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Proper Regard for God's Word

(Mark 7:1-13)

Lesson 11 -- second quarter 1998
May 10, 1998

by Mark Roth
© Copyright 1998, Christian Light Publications

The place of tradition in the life of the church has brought about many a passionate discussion. And well it should, for our view of and attitude toward tradition can make or break us spiritually.

Should tradition find sanctuary in our lives and in the life of the church? Yes. Should tradition then be received and passed along with dedicated enthusiasm? Not necessarily.

Today's lesson brings tradition into very uncomplimentary perspective. Verses six, seven and thirteen should give pause to any traditionalist. But we must also consider other passages before we hasten to the conclusion that tradition is utterly wrong.

In 2 Thessalonians 2:15 we are commanded to "stand fast, and hold the traditions which ye have been taught, whether by word, or our epistle." In other words, there is room for both written and oral tradition. Then in 2 Thessalonians 3:6 we find how we ought to relate to one who "walketh disorderly, and not after the tradition which he received of us." (And for a sobering shock, note that on one occasion, the KJV uses a different English term for the Greek word usually translated as "tradition"--ordinances in 1 Corinthians 11:2.)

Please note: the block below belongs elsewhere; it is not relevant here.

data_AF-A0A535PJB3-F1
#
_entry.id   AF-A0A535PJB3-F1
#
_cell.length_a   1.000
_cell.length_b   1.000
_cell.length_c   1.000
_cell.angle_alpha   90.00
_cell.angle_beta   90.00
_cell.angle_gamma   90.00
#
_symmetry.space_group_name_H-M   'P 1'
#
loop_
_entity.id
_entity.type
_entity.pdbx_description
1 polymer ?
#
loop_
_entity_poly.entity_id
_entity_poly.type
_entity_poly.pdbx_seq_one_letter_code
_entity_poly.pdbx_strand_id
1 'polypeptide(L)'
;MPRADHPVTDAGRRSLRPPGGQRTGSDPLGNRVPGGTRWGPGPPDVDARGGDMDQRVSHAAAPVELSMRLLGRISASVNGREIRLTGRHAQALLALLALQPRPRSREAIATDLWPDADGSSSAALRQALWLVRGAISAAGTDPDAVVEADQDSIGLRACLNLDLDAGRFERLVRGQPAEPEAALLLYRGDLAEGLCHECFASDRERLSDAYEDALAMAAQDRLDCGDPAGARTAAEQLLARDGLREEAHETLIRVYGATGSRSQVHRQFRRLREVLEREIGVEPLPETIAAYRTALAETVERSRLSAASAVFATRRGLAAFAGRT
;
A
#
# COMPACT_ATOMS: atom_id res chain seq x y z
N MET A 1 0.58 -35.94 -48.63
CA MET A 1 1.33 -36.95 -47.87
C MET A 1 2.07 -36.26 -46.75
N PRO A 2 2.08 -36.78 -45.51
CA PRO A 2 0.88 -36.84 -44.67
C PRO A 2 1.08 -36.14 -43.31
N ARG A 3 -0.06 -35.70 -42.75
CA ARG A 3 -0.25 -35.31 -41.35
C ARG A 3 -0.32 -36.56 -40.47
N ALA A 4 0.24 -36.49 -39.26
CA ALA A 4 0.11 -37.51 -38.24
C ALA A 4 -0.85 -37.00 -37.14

The upshot of this has to be that we cannot be lazy when it comes to traditions. God expects us to be pure, godly, committed and discerning. Whatever we do or speak should be done consciously and conscientiously for the glory of God. Beware of the desire to do away with "ancient landmarks" when it comes to traditions. Also beware of the inclination to hang on to "ancient landmarks" that the Surveyor has moved or replaced. Now we have arrived at a good place to pause to meditate on the applicability of verses like Romans 14:6; 1 Corinthians 10:31; Colossians 3:17,23; and 1 Thessalonians 4:1.

Every individual, every congregation, every generation must decide about traditions--which ones to keep, which ones to drop, which ones to start. As you wonder how to know these things, I urge you consider a few questions. The ones I present below certainly are not the only ones, so add your own and ask around for the input of others.

- Does the Bible speak to this at all?

- What have been the historical results of doing this?

- Have others who have done this later changed their minds?

- Why do I want to do this?

- What are my attitudes toward and beliefs about the church?

- Is my life one of unquestionable commitment?

- How do I relate to authority?

- What is the state of my personal relationship to Jesus?

- Whom am I following and what are they like? Why (twice)?

Ponder one other element in this whole subject of tradition. Traditions change, and change can make us feel threatened or it can make us feel carelessly giddy. We may feel threatened if we see change leading us down the wrong path or unsettling the way we have lived for so long. We may feel carelessly giddy if we see ourselves as being on the cutting edge of improvement. While feelings have a strong, necessary, legitimate place in our lives, we must anchor our lives on that which is more substantial than mere feelings. So I plead with you, as you work with traditions, don't make feelings your primary tool!

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